When Mathew Mayom went to take his naturalization exam to qualify for U.S. citizenship, he wasn’t nervous at all. After being forced to flee war-torn South Sudan, living in exile in Cairo, and then spending 5 years trying to reunite with his wife here in Charlotte, he was not going to let one test upset him.
“I was ready,” Mathew explained with a smile. “This exam did not make me nervous because I have been in much worse situations!”
Mathew and his wife Teresa grew up in South Sudan knowing only war. The Second Sudanese Civil War ebbed and flowed across their homeland from 1983 until 2005. During that time, the turmoil and unrest became too much for their respective families, and they both ended up as refugees in Egypt. Although they were from the same part of Sudan, they did not meet until after they arrived in Cairo. While in Egypt, they got married and soon had their first child.
But theirs was not to be a simple “and they lived happily ever after” story. Not long after they were married, Teresa received a U.S. visa to join her mother and brother in Charlotte. She left for the U.S. seeking safer conditions and a better future for the couple’s young child. Mathew, however, had no family connections in the U.S. and he was left behind with only the hope that he could work through the immigration process to someday join his wife in Charlotte. A process that would ultimately take years to complete.
“It is hard to be away from your family. Not knowing where they are or how they are doing,” he explained.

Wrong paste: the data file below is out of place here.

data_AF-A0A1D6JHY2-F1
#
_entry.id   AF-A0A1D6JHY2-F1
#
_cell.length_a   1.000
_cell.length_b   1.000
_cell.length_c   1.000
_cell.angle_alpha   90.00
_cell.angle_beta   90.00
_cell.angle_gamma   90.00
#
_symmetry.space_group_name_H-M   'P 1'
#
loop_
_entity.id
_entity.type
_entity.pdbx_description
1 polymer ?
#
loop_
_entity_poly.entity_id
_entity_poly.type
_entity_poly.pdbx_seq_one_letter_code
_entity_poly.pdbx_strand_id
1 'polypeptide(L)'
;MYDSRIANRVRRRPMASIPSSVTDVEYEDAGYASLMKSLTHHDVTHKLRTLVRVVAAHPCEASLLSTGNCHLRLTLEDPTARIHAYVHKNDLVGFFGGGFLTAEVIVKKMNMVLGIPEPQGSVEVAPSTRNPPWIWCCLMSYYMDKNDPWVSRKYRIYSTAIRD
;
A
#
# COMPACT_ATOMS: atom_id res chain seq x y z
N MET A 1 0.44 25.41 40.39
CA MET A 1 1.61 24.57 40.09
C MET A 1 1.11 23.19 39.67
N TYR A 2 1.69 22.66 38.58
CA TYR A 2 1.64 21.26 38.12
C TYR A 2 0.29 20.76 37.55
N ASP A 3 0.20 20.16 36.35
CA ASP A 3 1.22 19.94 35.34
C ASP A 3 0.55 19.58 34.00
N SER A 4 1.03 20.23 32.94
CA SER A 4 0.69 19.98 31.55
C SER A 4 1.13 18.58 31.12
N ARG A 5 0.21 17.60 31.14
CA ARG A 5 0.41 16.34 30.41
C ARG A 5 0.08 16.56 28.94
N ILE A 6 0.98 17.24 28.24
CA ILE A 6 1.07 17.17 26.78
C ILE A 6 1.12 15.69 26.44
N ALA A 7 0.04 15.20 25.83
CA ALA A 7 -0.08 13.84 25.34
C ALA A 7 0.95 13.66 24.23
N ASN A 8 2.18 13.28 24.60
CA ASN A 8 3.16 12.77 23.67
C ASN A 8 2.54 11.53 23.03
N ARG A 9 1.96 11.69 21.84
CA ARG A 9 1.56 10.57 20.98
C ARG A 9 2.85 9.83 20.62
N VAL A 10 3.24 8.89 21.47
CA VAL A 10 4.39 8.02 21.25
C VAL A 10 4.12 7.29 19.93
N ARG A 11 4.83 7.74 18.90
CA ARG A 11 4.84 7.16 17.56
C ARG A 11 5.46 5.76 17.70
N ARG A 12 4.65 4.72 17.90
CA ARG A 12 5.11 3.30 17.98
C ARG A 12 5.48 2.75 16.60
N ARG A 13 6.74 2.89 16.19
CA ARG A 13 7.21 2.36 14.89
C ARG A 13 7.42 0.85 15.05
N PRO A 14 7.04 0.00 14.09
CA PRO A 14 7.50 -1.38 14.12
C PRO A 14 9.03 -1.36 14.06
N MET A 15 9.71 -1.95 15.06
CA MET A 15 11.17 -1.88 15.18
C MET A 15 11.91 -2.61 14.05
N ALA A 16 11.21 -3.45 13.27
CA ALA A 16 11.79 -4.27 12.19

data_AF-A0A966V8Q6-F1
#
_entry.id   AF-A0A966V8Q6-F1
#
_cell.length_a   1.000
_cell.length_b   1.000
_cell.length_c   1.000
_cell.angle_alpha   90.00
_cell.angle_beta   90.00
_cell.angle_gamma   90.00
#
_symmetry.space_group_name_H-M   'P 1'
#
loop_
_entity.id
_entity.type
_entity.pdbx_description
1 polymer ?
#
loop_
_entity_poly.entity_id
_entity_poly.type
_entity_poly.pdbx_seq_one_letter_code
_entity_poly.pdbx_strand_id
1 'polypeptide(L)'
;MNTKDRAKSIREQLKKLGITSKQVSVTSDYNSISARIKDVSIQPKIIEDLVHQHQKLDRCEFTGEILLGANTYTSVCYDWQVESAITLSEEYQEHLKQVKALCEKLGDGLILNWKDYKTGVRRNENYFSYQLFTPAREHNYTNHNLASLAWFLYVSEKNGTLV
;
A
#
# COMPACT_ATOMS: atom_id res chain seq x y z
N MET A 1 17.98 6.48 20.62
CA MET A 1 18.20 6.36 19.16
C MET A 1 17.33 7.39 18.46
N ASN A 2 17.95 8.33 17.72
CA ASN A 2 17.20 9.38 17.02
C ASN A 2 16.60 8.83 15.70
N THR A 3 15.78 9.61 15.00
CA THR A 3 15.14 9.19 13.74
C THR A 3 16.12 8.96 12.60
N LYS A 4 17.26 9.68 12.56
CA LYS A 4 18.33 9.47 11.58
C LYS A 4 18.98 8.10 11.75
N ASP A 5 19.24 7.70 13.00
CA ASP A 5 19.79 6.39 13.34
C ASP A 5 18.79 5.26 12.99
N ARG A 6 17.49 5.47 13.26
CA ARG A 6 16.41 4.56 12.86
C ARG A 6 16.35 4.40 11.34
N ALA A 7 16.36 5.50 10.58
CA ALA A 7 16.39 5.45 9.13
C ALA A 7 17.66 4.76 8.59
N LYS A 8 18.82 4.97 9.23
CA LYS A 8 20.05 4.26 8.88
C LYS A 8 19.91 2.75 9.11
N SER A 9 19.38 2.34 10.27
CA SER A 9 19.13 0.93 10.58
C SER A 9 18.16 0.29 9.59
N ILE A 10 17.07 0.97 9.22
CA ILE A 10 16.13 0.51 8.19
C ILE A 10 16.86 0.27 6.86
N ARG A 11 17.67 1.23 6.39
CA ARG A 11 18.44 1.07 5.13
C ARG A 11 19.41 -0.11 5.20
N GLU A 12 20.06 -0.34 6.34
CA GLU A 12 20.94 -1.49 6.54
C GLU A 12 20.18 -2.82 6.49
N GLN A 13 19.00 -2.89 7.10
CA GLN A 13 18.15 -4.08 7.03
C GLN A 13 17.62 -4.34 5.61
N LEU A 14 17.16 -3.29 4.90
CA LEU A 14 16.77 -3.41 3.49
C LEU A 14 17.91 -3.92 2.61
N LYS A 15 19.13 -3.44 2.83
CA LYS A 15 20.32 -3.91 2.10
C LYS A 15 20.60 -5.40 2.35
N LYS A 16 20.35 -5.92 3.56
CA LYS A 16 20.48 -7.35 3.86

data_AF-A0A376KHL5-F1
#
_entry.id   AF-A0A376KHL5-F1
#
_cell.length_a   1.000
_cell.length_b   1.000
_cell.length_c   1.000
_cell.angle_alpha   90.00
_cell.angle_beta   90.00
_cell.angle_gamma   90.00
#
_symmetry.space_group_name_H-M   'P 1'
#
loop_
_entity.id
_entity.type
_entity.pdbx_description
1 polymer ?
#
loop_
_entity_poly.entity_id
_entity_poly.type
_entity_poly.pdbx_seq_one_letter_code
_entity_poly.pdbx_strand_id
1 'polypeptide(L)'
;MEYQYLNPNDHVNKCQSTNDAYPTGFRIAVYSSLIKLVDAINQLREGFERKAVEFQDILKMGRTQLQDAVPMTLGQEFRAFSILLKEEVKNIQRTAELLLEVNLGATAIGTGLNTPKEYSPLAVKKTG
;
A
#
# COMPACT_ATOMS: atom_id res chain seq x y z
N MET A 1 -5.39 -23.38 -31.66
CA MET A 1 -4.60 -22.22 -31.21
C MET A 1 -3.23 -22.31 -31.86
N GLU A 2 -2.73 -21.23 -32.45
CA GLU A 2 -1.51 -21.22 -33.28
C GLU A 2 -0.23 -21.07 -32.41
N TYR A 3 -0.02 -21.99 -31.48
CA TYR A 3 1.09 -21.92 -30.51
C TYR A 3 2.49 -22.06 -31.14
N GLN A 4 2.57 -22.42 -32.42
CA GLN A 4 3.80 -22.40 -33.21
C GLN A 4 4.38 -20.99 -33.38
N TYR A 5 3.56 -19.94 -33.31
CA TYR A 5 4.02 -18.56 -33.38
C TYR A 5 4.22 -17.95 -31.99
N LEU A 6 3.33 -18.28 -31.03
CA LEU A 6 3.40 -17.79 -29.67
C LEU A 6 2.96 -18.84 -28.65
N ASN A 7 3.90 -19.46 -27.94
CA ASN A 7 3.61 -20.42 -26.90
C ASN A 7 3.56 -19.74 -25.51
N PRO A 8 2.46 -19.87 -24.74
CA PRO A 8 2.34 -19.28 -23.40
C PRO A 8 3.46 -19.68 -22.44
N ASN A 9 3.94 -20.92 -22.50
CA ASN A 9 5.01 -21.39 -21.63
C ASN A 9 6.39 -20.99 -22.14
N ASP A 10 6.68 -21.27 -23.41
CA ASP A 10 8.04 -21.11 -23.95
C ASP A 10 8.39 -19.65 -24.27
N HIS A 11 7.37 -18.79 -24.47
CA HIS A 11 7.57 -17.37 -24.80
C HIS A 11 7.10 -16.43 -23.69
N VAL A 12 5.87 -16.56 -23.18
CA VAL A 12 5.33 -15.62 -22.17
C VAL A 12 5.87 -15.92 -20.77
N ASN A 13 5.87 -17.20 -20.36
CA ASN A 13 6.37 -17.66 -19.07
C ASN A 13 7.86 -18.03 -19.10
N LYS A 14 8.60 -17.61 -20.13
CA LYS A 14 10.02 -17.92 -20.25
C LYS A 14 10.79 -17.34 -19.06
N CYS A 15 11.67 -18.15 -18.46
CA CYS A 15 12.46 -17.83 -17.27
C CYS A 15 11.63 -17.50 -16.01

For five years, Mathew and Teresa worked diligently to be reunited. During that time, Teresa earned U.S. citizenship and became a client of the International House Immigration Law Clinic. Working with Anne Crotty and Jelena Giric-Held, she petitioned the U.S. government for visa for Mathew. After two years of forms, paperwork, and filings, they were finally able to secure a green card for Mathew and he arrived in Charlotte in 2010.
The law clinic’s work was not done however. There were legal procedures with his permanent residence card that had to be followed after he arrived in the country and then, together, they tackled the last hurdle — getting U.S. citizenship for Mathew.
“It was an amazing thing”, recalls Mathew. “They helped me with the fee waiver for the naturalization fee. Jelena gave me a study guide and tested me to make sure I was ready.” And on the day of the exam, Jelena went with Mathew for moral support.
Mathew passed the exam easily and one week later, at the Charlotte office of U.S. Citizenship and Immigration Services, he was sworn in as a U.S. citizen. That naturalization ceremony completed an odyssey that had begun nearly 15 years earlier.
“To become a citizen of the US is a huge opportunity. Especially for me because I am trying to pursue my education. It will allow me to compete for different and better jobs. As a citizen you have all opportunities open in front of you.”
Life is looking up for Teresa and Mathew these days. They have three children now and Mathew thanks IH for helping make that possible. “I’m happy to have my wife and kids with me everyday now. I am grateful to the Law Clinic for reuniting me with my family. They do a great job for a lot of people.”
Mathew’s eyes sparkle as he talks about his new life in Charlotte, and he flashes the wide contented smile of a man who has finally arrived home after a long and arduous journey.